Science & Research
ArrayTrack™ Security Levels
External ArrayTrack™ users have two basic security options.
Unprompted Local Version
This is the simplest option. For trusted users on trusted networks only. Security is applied by the ArrayTrack™ application itself based on the OS-reported user ID. The main weakness in this approach is that all users have access to the shared Oracle log-in information, which is stored on each user’s hard drive. Initially each user must configure this connection information the first time the application is run, or else the ArrayTrack™/preferences file containing this connection information must be distributed into each user's home directory. Since each user has access to the shared database log-in information, a malicious user could bypass the application-level security by using other software to connect to the database, or more simply by creating alternate OS-level user IDs on their client machine and then using these to connect as other users. Also, further security cannot be applied at the database level because all users log in directly to the database schema and thus cannot be differentiated at the database level.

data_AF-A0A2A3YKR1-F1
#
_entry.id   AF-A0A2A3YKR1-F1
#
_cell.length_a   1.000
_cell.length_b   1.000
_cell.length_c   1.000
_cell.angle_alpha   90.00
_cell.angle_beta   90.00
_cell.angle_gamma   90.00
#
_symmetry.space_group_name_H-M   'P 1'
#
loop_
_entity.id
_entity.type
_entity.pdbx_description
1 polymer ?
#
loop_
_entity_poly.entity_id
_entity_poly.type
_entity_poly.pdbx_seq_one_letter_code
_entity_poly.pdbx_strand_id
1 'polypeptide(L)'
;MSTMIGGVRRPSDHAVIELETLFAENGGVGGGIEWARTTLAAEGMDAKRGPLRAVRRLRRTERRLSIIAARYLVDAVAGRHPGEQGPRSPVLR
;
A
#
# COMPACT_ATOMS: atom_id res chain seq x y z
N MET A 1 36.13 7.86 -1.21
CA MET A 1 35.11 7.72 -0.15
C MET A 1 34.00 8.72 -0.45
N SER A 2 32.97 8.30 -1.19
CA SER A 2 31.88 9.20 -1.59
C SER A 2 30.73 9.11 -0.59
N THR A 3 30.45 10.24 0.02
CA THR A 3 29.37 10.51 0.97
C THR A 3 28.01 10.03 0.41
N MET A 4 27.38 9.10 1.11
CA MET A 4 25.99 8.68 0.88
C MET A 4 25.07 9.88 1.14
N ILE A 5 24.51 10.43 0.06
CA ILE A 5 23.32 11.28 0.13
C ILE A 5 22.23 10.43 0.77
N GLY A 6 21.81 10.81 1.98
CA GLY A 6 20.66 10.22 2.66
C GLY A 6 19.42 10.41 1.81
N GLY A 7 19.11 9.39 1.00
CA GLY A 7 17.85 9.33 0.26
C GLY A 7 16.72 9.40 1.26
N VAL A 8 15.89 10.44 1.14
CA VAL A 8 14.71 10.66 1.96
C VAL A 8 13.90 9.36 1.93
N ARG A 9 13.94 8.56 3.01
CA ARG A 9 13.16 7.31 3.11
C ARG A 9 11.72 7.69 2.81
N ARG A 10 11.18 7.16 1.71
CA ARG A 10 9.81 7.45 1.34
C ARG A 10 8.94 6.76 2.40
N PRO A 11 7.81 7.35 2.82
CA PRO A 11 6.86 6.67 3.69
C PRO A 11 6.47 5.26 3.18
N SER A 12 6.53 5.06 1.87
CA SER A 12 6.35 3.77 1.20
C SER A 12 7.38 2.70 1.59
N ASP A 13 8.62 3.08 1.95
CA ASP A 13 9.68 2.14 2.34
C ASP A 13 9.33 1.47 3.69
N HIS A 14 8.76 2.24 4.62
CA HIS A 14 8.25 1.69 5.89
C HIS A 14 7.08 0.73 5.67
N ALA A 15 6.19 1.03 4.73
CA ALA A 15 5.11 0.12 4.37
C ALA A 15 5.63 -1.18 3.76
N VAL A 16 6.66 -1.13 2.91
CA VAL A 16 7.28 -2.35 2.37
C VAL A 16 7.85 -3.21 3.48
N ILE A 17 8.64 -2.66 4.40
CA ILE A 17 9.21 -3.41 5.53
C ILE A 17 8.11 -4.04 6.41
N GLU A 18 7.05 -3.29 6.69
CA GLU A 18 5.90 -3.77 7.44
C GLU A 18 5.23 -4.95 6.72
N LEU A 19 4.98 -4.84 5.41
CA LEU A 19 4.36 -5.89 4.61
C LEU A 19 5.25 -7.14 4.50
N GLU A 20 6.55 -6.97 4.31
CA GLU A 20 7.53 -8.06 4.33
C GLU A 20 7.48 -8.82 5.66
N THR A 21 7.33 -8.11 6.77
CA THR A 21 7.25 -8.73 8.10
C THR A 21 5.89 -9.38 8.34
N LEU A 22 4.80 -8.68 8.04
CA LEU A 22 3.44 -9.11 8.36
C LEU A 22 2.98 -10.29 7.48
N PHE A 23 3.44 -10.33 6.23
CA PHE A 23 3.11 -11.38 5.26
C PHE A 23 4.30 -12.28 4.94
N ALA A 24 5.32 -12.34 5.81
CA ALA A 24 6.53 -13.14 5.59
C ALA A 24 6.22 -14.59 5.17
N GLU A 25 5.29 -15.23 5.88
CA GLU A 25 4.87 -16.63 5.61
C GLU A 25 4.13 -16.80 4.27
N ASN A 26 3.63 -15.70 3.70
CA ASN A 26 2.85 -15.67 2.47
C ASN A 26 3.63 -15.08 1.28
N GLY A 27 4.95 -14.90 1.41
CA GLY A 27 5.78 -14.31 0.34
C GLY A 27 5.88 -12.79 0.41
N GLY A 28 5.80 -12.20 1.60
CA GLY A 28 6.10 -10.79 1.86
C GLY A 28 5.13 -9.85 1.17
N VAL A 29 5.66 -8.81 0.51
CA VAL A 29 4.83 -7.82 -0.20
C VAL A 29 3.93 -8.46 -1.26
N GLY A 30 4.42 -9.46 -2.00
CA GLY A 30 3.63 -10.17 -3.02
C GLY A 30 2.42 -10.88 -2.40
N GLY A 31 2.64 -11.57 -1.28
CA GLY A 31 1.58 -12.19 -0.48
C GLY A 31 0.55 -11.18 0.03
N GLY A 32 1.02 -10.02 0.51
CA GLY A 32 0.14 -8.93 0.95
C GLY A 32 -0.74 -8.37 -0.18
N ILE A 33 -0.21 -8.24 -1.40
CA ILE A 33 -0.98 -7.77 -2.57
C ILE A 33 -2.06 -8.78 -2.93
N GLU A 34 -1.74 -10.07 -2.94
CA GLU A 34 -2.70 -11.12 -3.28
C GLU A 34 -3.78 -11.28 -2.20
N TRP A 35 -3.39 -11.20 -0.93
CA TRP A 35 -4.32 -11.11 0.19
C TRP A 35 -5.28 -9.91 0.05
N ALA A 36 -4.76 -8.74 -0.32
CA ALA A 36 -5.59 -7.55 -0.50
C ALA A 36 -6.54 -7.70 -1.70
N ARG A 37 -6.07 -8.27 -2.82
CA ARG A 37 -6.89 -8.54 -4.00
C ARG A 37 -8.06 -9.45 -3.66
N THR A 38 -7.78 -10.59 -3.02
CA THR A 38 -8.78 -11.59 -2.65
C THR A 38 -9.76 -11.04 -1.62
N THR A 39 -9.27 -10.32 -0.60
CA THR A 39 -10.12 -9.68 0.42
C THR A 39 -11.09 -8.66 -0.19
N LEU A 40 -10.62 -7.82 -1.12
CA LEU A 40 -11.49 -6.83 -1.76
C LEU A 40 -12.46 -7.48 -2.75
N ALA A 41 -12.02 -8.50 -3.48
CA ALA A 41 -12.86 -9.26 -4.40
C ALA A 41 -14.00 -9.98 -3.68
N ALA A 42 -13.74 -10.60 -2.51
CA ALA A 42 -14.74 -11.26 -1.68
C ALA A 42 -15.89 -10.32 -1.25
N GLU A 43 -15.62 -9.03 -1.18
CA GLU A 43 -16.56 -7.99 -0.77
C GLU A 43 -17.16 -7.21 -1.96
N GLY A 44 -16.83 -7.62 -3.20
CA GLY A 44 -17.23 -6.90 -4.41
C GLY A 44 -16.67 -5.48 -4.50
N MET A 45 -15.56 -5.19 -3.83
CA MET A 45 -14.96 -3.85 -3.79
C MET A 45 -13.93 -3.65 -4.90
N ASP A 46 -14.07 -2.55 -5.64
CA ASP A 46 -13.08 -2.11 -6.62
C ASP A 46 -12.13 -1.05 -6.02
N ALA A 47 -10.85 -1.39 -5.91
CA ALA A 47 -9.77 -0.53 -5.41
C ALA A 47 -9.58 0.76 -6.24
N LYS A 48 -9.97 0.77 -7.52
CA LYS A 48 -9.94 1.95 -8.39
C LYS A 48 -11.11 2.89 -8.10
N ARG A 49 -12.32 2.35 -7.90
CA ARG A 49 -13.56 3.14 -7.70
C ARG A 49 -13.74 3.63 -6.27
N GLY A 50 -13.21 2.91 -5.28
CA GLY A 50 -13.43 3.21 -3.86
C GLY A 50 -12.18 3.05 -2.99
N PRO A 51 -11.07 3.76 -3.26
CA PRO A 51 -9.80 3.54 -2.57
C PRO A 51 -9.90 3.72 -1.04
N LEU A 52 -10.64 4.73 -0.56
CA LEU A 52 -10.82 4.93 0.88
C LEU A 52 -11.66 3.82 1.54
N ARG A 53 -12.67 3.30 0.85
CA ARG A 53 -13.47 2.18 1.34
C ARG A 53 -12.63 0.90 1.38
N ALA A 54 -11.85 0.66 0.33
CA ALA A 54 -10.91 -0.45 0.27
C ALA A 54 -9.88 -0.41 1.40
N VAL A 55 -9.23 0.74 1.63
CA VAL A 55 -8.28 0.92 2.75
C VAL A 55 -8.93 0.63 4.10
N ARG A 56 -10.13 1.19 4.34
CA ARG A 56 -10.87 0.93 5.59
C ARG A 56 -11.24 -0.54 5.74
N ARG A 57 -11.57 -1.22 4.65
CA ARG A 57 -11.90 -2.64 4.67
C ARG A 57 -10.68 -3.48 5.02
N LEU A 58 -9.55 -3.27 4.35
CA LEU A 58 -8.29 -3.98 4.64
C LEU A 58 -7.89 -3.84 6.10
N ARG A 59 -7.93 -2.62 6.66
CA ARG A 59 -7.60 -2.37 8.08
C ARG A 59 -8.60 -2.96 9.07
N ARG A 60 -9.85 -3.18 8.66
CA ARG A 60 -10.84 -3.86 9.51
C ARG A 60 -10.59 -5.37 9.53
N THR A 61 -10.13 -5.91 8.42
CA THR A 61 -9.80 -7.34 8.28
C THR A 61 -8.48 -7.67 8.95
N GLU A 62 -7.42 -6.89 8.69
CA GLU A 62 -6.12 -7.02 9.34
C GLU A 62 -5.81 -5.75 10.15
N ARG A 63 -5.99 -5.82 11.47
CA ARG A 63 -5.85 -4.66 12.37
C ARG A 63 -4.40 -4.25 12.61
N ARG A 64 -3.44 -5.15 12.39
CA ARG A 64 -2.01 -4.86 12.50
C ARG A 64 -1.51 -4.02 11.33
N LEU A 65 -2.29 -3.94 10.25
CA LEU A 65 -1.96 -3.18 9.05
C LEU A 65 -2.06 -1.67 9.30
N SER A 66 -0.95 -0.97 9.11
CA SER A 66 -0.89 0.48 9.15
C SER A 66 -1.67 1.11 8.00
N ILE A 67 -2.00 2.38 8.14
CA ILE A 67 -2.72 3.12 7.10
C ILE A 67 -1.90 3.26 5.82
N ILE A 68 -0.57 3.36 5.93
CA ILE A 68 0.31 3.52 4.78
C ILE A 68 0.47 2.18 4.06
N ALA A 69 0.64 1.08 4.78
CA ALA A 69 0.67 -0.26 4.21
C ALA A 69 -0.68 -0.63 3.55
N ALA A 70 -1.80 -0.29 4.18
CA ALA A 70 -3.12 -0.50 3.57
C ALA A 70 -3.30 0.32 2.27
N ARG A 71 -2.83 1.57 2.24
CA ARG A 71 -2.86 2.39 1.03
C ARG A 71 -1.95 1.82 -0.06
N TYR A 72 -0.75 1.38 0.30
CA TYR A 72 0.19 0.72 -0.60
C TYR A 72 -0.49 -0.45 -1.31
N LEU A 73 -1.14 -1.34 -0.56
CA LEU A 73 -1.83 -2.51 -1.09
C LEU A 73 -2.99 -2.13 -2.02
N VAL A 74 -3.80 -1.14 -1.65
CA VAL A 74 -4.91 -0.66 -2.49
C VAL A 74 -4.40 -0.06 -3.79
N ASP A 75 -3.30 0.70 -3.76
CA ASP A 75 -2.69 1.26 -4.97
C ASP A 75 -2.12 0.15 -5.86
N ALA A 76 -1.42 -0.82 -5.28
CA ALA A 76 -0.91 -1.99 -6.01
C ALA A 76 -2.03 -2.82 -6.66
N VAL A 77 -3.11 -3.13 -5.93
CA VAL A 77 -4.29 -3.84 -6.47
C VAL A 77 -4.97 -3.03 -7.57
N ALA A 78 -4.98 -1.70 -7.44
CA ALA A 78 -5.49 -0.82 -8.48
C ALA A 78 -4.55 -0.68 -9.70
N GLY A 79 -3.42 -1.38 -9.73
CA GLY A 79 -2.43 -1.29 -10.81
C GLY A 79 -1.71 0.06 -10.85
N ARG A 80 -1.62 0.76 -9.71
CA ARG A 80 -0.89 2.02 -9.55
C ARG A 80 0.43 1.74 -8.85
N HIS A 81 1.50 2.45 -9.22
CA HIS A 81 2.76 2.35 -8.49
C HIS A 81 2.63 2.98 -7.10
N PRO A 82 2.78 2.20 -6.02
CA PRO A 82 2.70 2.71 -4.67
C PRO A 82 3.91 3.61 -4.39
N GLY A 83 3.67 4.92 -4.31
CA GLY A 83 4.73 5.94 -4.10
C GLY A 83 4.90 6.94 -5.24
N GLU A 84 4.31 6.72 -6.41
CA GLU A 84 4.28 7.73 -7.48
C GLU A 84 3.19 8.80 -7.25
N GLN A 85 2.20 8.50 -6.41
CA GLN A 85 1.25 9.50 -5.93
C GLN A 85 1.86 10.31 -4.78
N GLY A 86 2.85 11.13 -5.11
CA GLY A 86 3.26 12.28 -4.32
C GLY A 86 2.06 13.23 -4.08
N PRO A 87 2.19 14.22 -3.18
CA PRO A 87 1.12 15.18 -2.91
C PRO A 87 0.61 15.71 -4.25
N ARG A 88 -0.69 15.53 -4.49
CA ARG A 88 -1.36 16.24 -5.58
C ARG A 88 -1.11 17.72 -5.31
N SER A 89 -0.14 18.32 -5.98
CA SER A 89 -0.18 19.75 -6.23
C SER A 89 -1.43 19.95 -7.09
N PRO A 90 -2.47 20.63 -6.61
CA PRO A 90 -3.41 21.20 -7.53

Prompted Log-In Version
This version is more secure than the unprompted version, and can be made very secure with the help of an active database administrator. At the minimum level of security for this version, a database administrator would simply create a database user identifier (schema) for each application user, using scripts provided with the ArrayTrack™ distribution. Running this way is already more secure than the unprompted version, since no sensitive log-in information is stored on anyone's hard drive, and each user only knows the log-in ID to their own private schema for accessing ArrayTrack™ tables. This means that the database administrator may apply further restrictions and auditing of individual users at the database level. Such restrictions (though not present by default) would prevent users from being able to access restricted information by using another program to access the database. Also, there is no reliance on the OS-reported user ID. The user must type in a user name (this first time) and password (each time) to run the application. Although the database user/role creation scripts that ship with ArrayTrack™ have no database-level restrictions (so security is applied only by the ArrayTrack™ application itself by default), a more restricted security system would be easy for a knowledgeable database administrator to implement at the database level.